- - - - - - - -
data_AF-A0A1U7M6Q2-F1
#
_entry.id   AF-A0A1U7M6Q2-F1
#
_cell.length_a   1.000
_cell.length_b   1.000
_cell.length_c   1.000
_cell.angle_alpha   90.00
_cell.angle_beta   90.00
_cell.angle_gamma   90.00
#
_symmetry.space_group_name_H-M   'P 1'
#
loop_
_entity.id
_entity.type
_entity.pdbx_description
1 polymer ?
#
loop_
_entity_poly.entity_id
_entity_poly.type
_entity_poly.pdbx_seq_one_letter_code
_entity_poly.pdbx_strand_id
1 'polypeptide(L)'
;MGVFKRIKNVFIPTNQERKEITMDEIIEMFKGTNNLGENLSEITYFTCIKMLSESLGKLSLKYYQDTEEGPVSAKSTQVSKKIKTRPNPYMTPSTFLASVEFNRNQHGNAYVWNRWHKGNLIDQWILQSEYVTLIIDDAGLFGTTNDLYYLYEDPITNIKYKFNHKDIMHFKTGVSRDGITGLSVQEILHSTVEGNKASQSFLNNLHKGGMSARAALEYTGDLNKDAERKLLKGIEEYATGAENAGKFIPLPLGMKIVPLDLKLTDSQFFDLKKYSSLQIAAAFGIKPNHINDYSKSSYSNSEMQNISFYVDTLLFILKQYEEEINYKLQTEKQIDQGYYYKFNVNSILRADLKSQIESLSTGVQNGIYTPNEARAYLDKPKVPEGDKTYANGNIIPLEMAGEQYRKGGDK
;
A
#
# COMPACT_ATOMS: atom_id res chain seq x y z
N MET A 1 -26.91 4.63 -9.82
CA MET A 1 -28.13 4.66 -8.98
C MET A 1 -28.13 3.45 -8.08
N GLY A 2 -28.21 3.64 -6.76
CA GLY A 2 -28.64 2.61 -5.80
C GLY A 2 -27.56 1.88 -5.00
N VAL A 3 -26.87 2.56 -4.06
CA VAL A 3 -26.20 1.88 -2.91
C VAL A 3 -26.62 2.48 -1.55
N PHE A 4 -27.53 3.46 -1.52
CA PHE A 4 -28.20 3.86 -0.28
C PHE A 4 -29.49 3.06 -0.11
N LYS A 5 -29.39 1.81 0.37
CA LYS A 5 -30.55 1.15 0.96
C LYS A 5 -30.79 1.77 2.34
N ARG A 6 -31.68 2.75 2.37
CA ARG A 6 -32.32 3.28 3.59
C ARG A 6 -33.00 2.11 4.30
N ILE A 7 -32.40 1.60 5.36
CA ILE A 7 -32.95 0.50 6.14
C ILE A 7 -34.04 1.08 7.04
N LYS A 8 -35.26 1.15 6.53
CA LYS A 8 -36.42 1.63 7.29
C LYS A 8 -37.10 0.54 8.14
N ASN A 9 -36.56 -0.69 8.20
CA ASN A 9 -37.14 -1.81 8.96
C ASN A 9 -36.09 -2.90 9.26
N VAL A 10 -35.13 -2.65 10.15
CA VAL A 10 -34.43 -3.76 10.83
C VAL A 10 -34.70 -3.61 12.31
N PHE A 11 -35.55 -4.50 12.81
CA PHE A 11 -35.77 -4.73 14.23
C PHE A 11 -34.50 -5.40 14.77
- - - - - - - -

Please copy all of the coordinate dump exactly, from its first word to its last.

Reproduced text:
data_AF-A0A1U7M6Q2-F1
#
_entry.id   AF-A0A1U7M6Q2-F1
#
_cell.length_a   1.000
_cell.length_b   1.000
_cell.length_c   1.000
_cell.angle_alpha   90.00
_cell.angle_beta   90.00
_cell.angle_gamma   90.00
#
_symmetry.space_group_name_H-M   'P 1'
#
loop_
_entity.id
_entity.type
_entity.pdbx_description
1 polymer ?
#
loop_
_entity_poly.entity_id
_entity_poly.type
_entity_poly.pdbx_seq_one_letter_code
_entity_poly.pdbx_strand_id
1 'polypeptide(L)'
;MGVFKRIKNVFIPTNQERKEITMDEIIEMFKGTNNLGENLSEITYFTCIKMLSESLGKLSLKYYQDTEEGPVSAKSTQVSKKIKTRPNPYMTPSTFLASVEFNRNQHGNAYVWNRWHKGNLIDQWILQSEYVTLIIDDAGLFGTTNDLYYLYEDPITNIKYKFNHKDIMHFKTGVSRDGITGLSVQEILHSTVEGNKASQSFLNNLHKGGMSARAALEYTGDLNKDAERKLLKGIEEYATGAENAGKFIPLPLGMKIVPLDLKLTDSQFFDLKKYSSLQIAAAFGIKPNHINDYSKSSYSNSEMQNISFYVDTLLFILKQYEEEINYKLQTEKQIDQGYYYKFNVNSILRADLKSQIESLSTGVQNGIYTPNEARAYLDKPKVPEGDKTYANGNIIPLEMAGEQYRKGGDK
;
A
#
# COMPACT_ATOMS: atom_id res chain seq x y z
N MET A 1 -26.91 4.63 -9.82
CA MET A 1 -28.13 4.66 -8.98
C MET A 1 -28.13 3.45 -8.08
N GLY A 2 -28.21 3.64 -6.76
CA GLY A 2 -28.64 2.61 -5.80
C GLY A 2 -27.56 1.88 -5.00
N VAL A 3 -26.87 2.56 -4.06
CA VAL A 3 -26.20 1.88 -2.91
C VAL A 3 -26.62 2.48 -1.55
N PHE A 4 -27.53 3.46 -1.52
CA PHE A 4 -28.20 3.86 -0.28
C PHE A 4 -29.49 3.06 -0.11
N LYS A 5 -29.39 1.81 0.37
CA LYS A 5 -30.55 1.15 0.96
C LYS A 5 -30.79 1.77 2.34
N ARG A 6 -31.68 2.75 2.37
CA ARG A 6 -32.32 3.28 3.59
C ARG A 6 -33.00 2.11 4.30
N ILE A 7 -32.40 1.60 5.36
CA ILE A 7 -32.95 0.50 6.14
C ILE A 7 -34.04 1.08 7.04
N LYS A 8 -35.26 1.15 6.53
CA LYS A 8 -36.42 1.63 7.29
C LYS A 8 -37.10 0.54 8.14
N ASN A 9 -36.56 -0.69 8.20
CA ASN A 9 -37.14 -1.81 8.96
C ASN A 9 -36.09 -2.90 9.26
N VAL A 10 -35.13 -2.65 10.15
CA VAL A 10 -34.43 -3.76 10.83
C VAL A 10 -34.70 -3.61 12.31
N PHE A 11 -35.55 -4.50 12.81
CA PHE A 11 -35.77 -4.73 14.23
C PHE A 11 -34.50 -5.40 14.77